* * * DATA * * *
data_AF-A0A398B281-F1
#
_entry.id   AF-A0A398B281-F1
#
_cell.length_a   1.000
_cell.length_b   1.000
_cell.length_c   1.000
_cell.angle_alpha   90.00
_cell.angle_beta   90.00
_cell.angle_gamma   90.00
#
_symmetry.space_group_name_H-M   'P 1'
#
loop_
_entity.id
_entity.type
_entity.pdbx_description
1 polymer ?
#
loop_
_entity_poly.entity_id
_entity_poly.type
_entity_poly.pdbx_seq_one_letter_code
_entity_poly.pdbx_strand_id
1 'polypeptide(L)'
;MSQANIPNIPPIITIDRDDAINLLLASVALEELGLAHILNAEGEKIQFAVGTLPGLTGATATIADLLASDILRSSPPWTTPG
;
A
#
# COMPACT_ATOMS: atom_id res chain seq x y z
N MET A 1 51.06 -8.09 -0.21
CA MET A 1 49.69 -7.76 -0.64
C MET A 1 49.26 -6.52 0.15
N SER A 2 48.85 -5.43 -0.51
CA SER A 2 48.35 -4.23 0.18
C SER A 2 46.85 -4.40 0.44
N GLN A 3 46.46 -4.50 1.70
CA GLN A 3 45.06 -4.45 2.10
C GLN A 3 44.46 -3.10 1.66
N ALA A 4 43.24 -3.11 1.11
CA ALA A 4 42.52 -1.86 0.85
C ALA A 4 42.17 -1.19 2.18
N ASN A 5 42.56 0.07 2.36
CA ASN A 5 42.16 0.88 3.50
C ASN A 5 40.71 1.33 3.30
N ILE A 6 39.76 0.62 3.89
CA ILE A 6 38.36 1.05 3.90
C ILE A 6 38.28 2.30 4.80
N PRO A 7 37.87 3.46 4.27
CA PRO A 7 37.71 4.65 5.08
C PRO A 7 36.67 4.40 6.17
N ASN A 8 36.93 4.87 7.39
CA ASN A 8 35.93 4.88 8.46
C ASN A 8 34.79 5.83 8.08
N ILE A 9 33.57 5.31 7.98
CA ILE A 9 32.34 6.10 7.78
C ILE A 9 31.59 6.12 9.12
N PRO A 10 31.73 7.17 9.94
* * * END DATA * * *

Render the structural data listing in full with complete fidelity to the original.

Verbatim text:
data_AF-A0A398B281-F1
#
_entry.id   AF-A0A398B281-F1
#
_cell.length_a   1.000
_cell.length_b   1.000
_cell.length_c   1.000
_cell.angle_alpha   90.00
_cell.angle_beta   90.00
_cell.angle_gamma   90.00
#
_symmetry.space_group_name_H-M   'P 1'
#
loop_
_entity.id
_entity.type
_entity.pdbx_description
1 polymer ?
#
loop_
_entity_poly.entity_id
_entity_poly.type
_entity_poly.pdbx_seq_one_letter_code
_entity_poly.pdbx_strand_id
1 'polypeptide(L)'
;MSQANIPNIPPIITIDRDDAINLLLASVALEELGLAHILNAEGEKIQFAVGTLPGLTGATATIADLLASDILRSSPPWTTPG
;
A
#
# COMPACT_ATOMS: atom_id res chain seq x y z
N MET A 1 51.06 -8.09 -0.21
CA MET A 1 49.69 -7.76 -0.64
C MET A 1 49.26 -6.52 0.15
N SER A 2 48.85 -5.43 -0.51
CA SER A 2 48.35 -4.23 0.18
C SER A 2 46.85 -4.40 0.44
N GLN A 3 46.46 -4.50 1.70
CA GLN A 3 45.06 -4.45 2.10
C GLN A 3 44.46 -3.10 1.66
N ALA A 4 43.24 -3.11 1.11
CA ALA A 4 42.52 -1.86 0.85
C ALA A 4 42.17 -1.19 2.18
N ASN A 5 42.56 0.07 2.36
CA ASN A 5 42.16 0.88 3.50
C ASN A 5 40.71 1.33 3.30
N ILE A 6 39.76 0.62 3.89
CA ILE A 6 38.36 1.05 3.90
C ILE A 6 38.28 2.30 4.80
N PRO A 7 37.87 3.46 4.27
CA PRO A 7 37.71 4.65 5.08
C PRO A 7 36.67 4.40 6.17
N ASN A 8 36.93 4.87 7.39
CA ASN A 8 35.93 4.88 8.46
C ASN A 8 34.79 5.83 8.08
N ILE A 9 33.57 5.31 7.98
CA ILE A 9 32.34 6.10 7.78
C ILE A 9 31.59 6.12 9.12
N PRO A 10 31.73 7.17 9.94